Nuclear Tests: Safe Limits And Beyond

Prof. (Dr) Varinderjit Kaur, Department of Physics, GSSDGS Khalsa College, Patiala

2018-05-23 09:27:29



Nuclear tests and nuclear weapons are the two most important developments which have been attracting the attention of scientists, technologists and the common people for the last few decades. Nuclear tests can be conducted in air, on the ground, under the ground and even under the sea.  The out coming radiations and radioactive fallout from these nuclear tests causes harm to plants, animals and human beings in several ways.  The dropping of nuclear bombs by United States over the two Japanese cities Hiroshima and Nagasaki on 6 and 9 August, 1945 demonstrated the awful effects of nuclear radiations and put number of questions like what do nuclear radiations contain? How do nuclear radiations affect a person and his offspring’s? How are nuclear radiations different to other forms of radiations? Are nuclear bombs the main source of radiations? Why there is fear of radiations in public mind? Such questions are troubling the human mind continuously.

Nuclear radiations in reality are considered as a boon on one hand and bane on the other.  All of us are exposed to different types of radiations every day. In earlier days, it worried no one because nobody knew about it. With the advancement in technology, the radiation has created fear in the minds of people regarding its possible adverse effects on living organisms and overall environment.  The two important routes through which radiations affect the human body are inhalation and ingestion. Different sources of radiation are the air we breathe, water we drink, food we eat, house we live in, TV we watch, medical treatment we take, heat we take from sun and so on. The most harmful source of radiation is the nuclear explosion/nuclear bomb. A nuclear explosion is an explosion that occurs as a result of rapid release of energy from a high speed nuclear reaction. Nuclear bombs are generally of two types. Atomic bombs based on nuclear fission and hydrogen bomb based on nuclear fusion. Fission and fusion processes are opposite of each other. According to Einstein mass energy relation E = mc2, in either process, mass is lost, converted into tremendous amount of energy in a short interval of time within small space and ultimately an explosion takes place. Let us look at the physics involved in two cases.

In atomic bomb, arrangements are made in such a way that the splitting of nuclei U-235 takes place by the bombardment of slow neutrons through fission process. Fission process occurs through a mechanism known as chain reaction. With every fission, number of neutrons taking part in chain reaction go on multiplying and makes the reaction uncontrollable. On the other hand, in hydrogen bomb, different combinations of hydrogen (1H), deuterium (2H) and tritium (3H) are made to fuse together. Different fusion reaction combinations are hydrogen-deuterium (1H + 2H), deuterium-deuterium (2H + 2H), and deuterium-tritium (2H + 3H). Out of these combinations, the fusion of deuterium- deuterium is most likely to take place on earth as it is available in large quantity under the sea.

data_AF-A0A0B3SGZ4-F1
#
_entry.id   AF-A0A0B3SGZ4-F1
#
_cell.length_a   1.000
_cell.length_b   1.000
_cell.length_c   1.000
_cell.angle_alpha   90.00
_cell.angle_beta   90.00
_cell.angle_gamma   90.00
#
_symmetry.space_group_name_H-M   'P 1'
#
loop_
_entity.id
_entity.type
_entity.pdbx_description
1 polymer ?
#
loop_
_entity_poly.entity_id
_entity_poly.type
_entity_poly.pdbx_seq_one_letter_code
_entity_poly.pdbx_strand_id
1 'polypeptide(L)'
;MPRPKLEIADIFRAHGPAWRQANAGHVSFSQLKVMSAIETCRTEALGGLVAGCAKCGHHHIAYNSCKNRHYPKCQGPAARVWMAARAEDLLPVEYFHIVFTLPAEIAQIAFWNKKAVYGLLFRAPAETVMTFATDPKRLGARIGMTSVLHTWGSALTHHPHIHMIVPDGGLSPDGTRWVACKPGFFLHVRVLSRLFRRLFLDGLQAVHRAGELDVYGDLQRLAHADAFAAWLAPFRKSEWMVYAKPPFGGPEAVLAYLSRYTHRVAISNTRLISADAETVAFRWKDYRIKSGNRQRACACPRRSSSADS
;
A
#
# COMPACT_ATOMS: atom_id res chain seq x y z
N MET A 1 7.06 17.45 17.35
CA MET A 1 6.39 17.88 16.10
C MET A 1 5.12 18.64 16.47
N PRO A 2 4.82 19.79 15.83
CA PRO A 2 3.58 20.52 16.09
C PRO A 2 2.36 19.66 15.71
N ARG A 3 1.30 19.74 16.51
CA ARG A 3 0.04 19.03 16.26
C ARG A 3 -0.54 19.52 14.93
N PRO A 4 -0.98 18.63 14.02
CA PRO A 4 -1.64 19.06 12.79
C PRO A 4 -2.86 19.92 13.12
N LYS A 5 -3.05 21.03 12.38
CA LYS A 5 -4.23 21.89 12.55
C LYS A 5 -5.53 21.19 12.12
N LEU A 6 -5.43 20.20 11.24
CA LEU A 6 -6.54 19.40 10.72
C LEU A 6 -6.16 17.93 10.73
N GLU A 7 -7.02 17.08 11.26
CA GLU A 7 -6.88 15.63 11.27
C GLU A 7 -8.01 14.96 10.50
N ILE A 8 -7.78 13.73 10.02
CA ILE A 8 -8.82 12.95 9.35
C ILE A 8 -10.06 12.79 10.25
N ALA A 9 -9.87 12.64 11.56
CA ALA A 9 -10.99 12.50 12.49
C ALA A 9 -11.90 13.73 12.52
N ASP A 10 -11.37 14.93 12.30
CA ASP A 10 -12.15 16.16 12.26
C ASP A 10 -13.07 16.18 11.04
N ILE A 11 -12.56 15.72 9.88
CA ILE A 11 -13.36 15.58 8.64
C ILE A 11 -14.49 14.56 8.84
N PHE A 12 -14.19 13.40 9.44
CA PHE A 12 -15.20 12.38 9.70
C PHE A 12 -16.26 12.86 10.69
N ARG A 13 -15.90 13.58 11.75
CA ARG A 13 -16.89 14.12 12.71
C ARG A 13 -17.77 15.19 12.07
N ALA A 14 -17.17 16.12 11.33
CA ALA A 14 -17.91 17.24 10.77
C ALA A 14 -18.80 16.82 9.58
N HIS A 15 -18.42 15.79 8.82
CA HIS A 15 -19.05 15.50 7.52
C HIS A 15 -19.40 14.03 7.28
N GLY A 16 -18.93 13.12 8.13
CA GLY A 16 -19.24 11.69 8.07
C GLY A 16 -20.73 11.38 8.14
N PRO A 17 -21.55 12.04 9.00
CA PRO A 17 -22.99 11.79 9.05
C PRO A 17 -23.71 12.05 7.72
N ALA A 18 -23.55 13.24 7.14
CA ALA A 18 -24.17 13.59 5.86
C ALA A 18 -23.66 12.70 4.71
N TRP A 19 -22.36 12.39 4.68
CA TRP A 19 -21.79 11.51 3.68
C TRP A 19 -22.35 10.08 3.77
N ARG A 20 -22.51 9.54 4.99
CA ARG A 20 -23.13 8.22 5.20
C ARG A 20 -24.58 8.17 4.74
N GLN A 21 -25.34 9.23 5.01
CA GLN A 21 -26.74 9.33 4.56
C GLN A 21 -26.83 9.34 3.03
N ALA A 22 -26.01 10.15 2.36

Moreover the effects of hydrogen bomb are more severe than the atomic bomb as the fusion of 1 kilogram of deuterium produces energy equivalent to that obtained from the fission of several kilogram of uranium. The nuclear explosion may be of low yield (kiloton) or high yield (megaton). When the explosion takes place in the atmosphere, radioactive material gets scattered for several weeks or years depending on the size of bomb and yield of explosion. These radioactive nuclides may further disintegrate into other radioactive nuclides in the atmosphere and gets globally scattered. Consequently these globally scattered radio nuclides fall on the earth surface and get mixed with soil, grass, water, plants etc. As the birds and animals such as cows, buffaloes eat grass and drink water, their milk gets contaminated with radio nuclides which ultimately find their way into human beings through ingestion of food, milk, water and by other means. The radio nuclides which are of major concern for the present and future generations are carbon-14, Cesium-137, Strontium-90, tritium etc.

Although radiations have adverse effects on living beings but it cannot be denied that today radiations have contributed to significant improvements in the fields of medicine, agriculture, research, industry and energy production. Nuclear techniques help in diagnosing and treating thyroid. Radiation is used for sterilizing surgical instruments to ensure hygienic safety. Radioisotopes are used to help in increasing animal weight and milk production and controlling animal diseases.

Even though radiations have positive and negative effects yet the lack of adequate knowledge in handling it can prove devastating. Most of technological incidents and accidents are due to human errors, human failure, violation of rules, and lack of education. These incidents occur on every level, from the planning of nuclear installations to their construction, monitoring, maintenance and disposal. To avoid such accidents and to reduce their impact on human health and environment there is a need for improvement of nuclear safety and security. The safety of operating staff is a prime concern in nuclear plants. Radiation exposure can be minimised by the use of remote handling equipments. Robots may provide multiple uses at nuclear power plants and save the workers from harmful radiation effects. To reduce the risk of nuclear explosion, it is advisable to keep the nuclear weapons disassembled. Moreover the safe and proper disposal of radioactive waste is very necessary in terms of safety measurements. Regular inspections and audits by external and neutral experts are required at all levels for proper safety and security.